AMONG the number of youths who were in thrall to Hygelac was Beowulf, his nephew. Like so many great heroes of old, Beowulf was the son of his king’s sister. As a small boy, Beowulf had shown such strength of body that Hygelac had early named him one of his thanes. So his mother and father gave him up, and young Beowulf went to live with his uncle, to learn the arts of war and the handling of ships.
For several years he led a lonely life, for so great was the strength of his limbs that even among those men of vast vigor he was a youth to be marveled at. As the years slipped by and he grew to manhood, he became more and more sullen in his strength, and his companions dubbed him “The Silent.” His movements were clumsy. He tripped over his sword. He broke whatever he touched. The other youths laughed at him for his awkwardness, but in secret they envied the immense spread of his shoulders and the terrible swiftness of his stride when he hunted in the forests.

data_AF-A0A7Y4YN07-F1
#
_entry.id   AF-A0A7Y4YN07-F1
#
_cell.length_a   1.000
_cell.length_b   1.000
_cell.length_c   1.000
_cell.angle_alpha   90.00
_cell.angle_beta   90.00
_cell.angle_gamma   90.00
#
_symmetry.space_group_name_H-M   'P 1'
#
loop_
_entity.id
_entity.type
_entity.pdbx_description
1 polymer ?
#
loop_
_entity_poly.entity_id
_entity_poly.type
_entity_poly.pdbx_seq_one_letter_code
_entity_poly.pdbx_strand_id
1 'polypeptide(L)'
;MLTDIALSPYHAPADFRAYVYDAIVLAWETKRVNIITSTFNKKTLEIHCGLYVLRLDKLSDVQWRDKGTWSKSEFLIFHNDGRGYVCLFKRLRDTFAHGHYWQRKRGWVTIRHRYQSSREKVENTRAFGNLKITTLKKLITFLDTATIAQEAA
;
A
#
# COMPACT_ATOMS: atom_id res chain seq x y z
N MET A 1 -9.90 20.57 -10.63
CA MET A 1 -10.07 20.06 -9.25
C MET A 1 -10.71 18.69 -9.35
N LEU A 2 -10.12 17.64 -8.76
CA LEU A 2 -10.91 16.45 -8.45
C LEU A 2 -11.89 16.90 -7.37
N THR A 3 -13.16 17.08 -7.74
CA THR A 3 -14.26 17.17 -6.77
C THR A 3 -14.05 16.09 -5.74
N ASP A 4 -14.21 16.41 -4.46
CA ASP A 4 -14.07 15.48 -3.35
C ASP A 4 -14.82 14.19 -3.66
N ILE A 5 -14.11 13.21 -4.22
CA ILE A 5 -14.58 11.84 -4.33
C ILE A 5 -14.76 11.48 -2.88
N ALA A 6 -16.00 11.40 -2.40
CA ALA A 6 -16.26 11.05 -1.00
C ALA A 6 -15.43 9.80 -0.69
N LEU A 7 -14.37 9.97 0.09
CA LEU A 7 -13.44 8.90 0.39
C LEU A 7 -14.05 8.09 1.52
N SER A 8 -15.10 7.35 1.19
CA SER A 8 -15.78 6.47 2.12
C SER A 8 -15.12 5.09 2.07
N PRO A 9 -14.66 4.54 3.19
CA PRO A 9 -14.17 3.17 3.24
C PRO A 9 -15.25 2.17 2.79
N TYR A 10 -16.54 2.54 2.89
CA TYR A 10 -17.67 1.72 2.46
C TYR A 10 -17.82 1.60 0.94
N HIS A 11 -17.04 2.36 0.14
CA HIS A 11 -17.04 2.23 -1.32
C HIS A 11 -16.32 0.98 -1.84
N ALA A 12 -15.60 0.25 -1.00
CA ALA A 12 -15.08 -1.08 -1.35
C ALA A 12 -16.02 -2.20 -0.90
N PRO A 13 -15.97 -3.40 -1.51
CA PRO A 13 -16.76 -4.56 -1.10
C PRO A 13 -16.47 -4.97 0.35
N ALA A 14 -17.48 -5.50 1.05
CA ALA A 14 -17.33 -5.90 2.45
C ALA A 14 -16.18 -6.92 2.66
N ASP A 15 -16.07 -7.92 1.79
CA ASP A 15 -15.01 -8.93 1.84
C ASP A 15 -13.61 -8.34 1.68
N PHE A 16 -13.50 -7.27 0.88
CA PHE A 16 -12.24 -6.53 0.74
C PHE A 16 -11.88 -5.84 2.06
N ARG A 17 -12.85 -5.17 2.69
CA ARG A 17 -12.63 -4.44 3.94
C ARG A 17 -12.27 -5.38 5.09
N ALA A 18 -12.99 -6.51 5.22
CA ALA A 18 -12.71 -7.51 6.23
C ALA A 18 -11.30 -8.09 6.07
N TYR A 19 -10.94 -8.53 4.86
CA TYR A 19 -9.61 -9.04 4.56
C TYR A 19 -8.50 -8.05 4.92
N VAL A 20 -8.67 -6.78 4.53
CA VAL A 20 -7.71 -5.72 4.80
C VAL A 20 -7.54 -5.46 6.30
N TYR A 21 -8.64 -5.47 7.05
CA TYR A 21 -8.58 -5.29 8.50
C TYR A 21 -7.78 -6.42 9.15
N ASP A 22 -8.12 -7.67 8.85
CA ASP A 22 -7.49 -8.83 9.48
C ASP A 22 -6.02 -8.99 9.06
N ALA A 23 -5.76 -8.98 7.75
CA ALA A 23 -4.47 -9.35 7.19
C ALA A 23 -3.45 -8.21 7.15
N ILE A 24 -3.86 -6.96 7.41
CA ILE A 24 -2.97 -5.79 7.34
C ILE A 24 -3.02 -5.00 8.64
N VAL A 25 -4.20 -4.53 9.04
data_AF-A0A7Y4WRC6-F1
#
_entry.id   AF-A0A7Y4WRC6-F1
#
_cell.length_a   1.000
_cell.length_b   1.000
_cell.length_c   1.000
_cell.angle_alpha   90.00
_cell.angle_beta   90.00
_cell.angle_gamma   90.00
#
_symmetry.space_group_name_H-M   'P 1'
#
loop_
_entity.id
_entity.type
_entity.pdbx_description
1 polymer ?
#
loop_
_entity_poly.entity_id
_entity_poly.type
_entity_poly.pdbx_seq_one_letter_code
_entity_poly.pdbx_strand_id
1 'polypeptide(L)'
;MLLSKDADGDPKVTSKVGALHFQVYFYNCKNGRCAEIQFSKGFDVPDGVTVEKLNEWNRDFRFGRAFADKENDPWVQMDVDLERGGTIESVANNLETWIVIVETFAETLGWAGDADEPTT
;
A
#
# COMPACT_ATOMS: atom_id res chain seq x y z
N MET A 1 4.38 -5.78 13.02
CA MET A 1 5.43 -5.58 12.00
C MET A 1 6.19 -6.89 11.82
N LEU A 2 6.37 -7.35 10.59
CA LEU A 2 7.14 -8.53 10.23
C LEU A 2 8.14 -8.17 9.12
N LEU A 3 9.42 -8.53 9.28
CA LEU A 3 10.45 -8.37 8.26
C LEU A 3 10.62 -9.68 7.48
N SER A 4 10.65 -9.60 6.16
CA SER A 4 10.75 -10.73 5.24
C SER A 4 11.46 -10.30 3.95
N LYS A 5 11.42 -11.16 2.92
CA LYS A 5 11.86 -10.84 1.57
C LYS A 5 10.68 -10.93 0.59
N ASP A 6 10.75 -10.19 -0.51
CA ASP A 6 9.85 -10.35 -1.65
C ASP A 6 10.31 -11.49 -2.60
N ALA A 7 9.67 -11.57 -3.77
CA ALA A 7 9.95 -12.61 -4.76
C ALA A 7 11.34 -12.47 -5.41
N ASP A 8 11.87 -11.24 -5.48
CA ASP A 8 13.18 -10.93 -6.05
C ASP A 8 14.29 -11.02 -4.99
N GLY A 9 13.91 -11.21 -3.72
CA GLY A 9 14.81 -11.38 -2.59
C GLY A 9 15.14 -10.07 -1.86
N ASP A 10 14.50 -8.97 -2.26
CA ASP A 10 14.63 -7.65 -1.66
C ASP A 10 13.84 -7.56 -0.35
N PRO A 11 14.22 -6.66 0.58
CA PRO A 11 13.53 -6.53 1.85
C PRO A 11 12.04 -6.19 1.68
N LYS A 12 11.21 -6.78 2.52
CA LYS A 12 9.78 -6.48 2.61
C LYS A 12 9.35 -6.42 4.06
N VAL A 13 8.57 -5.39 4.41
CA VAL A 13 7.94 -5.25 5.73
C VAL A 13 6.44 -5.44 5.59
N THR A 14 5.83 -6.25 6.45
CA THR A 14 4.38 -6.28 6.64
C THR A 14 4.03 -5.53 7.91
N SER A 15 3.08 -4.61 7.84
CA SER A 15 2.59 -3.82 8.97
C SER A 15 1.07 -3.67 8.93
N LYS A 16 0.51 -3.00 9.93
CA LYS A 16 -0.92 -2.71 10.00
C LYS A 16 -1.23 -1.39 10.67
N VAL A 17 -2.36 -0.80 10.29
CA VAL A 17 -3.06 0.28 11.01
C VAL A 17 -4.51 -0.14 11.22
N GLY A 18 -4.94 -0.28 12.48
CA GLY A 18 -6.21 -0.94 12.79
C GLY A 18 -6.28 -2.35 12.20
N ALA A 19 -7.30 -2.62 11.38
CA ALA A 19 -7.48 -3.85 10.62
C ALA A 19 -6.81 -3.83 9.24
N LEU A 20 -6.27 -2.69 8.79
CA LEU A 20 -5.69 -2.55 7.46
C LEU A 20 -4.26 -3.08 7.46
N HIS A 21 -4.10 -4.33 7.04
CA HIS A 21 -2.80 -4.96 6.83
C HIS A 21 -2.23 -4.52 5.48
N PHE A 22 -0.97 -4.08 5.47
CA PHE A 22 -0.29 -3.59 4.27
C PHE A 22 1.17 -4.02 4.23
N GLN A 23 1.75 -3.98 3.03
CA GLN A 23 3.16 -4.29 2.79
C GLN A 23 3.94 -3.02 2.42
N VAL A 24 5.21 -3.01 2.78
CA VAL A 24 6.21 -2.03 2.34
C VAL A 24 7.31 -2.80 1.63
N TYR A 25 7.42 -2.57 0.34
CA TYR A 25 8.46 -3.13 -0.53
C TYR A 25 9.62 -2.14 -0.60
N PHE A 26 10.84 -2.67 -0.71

When he was sixteen years of age, Beowulf was challenged by one of his companions, Breca by name, to a swimming race in the sea. He accepted the challenge because he had been called lazy, and in his heart he was angry that his strength had never truly been tried.
For five days and five nights he and Breca fought the waves of the sea, until Beowulf reached shore victorious. Later, when he was accused of cowardice in this race, he told the true story of those black nights in the water, and what he related then was to go down in song as a famous legend.
From “The Story of Beowulf”